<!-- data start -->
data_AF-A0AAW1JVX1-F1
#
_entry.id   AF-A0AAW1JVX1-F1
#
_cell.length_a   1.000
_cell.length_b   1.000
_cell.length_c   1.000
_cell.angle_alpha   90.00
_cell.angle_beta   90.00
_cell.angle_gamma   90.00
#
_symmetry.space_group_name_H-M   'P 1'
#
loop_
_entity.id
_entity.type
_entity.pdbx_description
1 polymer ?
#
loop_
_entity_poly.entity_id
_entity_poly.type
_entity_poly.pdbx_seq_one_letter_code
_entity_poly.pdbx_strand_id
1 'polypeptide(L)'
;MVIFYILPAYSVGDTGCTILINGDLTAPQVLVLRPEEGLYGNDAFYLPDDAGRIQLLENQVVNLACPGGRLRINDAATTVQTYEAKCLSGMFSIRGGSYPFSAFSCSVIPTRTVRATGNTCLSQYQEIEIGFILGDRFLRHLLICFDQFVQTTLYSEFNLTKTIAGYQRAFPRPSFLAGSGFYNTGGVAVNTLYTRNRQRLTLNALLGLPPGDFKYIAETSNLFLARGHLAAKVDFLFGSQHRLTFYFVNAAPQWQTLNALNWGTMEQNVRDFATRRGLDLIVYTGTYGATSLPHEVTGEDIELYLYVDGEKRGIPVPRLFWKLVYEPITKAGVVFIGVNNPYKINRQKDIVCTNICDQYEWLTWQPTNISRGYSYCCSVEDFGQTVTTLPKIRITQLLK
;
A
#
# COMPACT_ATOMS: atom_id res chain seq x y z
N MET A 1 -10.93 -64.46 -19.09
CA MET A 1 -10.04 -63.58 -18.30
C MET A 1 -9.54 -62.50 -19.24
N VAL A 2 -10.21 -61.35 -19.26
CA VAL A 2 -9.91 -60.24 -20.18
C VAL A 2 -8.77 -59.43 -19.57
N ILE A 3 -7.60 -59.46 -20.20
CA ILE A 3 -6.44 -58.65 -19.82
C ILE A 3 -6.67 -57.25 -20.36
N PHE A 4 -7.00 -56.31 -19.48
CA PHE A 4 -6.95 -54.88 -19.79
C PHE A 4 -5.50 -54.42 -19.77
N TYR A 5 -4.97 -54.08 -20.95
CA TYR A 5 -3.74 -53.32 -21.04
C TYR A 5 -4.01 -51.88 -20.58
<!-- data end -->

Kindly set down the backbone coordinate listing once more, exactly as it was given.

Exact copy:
data_AF-A0AAW1JVX1-F1
#
_entry.id   AF-A0AAW1JVX1-F1
#
_cell.length_a   1.000
_cell.length_b   1.000
_cell.length_c   1.000
_cell.angle_alpha   90.00
_cell.angle_beta   90.00
_cell.angle_gamma   90.00
#
_symmetry.space_group_name_H-M   'P 1'
#
loop_
_entity.id
_entity.type
_entity.pdbx_description
1 polymer ?
#
loop_
_entity_poly.entity_id
_entity_poly.type
_entity_poly.pdbx_seq_one_letter_code
_entity_poly.pdbx_strand_id
1 'polypeptide(L)'
;MVIFYILPAYSVGDTGCTILINGDLTAPQVLVLRPEEGLYGNDAFYLPDDAGRIQLLENQVVNLACPGGRLRINDAATTVQTYEAKCLSGMFSIRGGSYPFSAFSCSVIPTRTVRATGNTCLSQYQEIEIGFILGDRFLRHLLICFDQFVQTTLYSEFNLTKTIAGYQRAFPRPSFLAGSGFYNTGGVAVNTLYTRNRQRLTLNALLGLPPGDFKYIAETSNLFLARGHLAAKVDFLFGSQHRLTFYFVNAAPQWQTLNALNWGTMEQNVRDFATRRGLDLIVYTGTYGATSLPHEVTGEDIELYLYVDGEKRGIPVPRLFWKLVYEPITKAGVVFIGVNNPYKINRQKDIVCTNICDQYEWLTWQPTNISRGYSYCCSVEDFGQTVTTLPKIRITQLLK
;
A
#
# COMPACT_ATOMS: atom_id res chain seq x y z
N MET A 1 -10.93 -64.46 -19.09
CA MET A 1 -10.04 -63.58 -18.30
C MET A 1 -9.54 -62.50 -19.24
N VAL A 2 -10.21 -61.35 -19.26
CA VAL A 2 -9.91 -60.24 -20.18
C VAL A 2 -8.77 -59.43 -19.57
N ILE A 3 -7.60 -59.46 -20.20
CA ILE A 3 -6.44 -58.65 -19.82
C ILE A 3 -6.67 -57.25 -20.36
N PHE A 4 -7.00 -56.31 -19.48
CA PHE A 4 -6.95 -54.88 -19.79
C PHE A 4 -5.50 -54.42 -19.77
N TYR A 5 -4.97 -54.08 -20.95
CA TYR A 5 -3.74 -53.32 -21.04
C TYR A 5 -4.01 -51.88 -20.58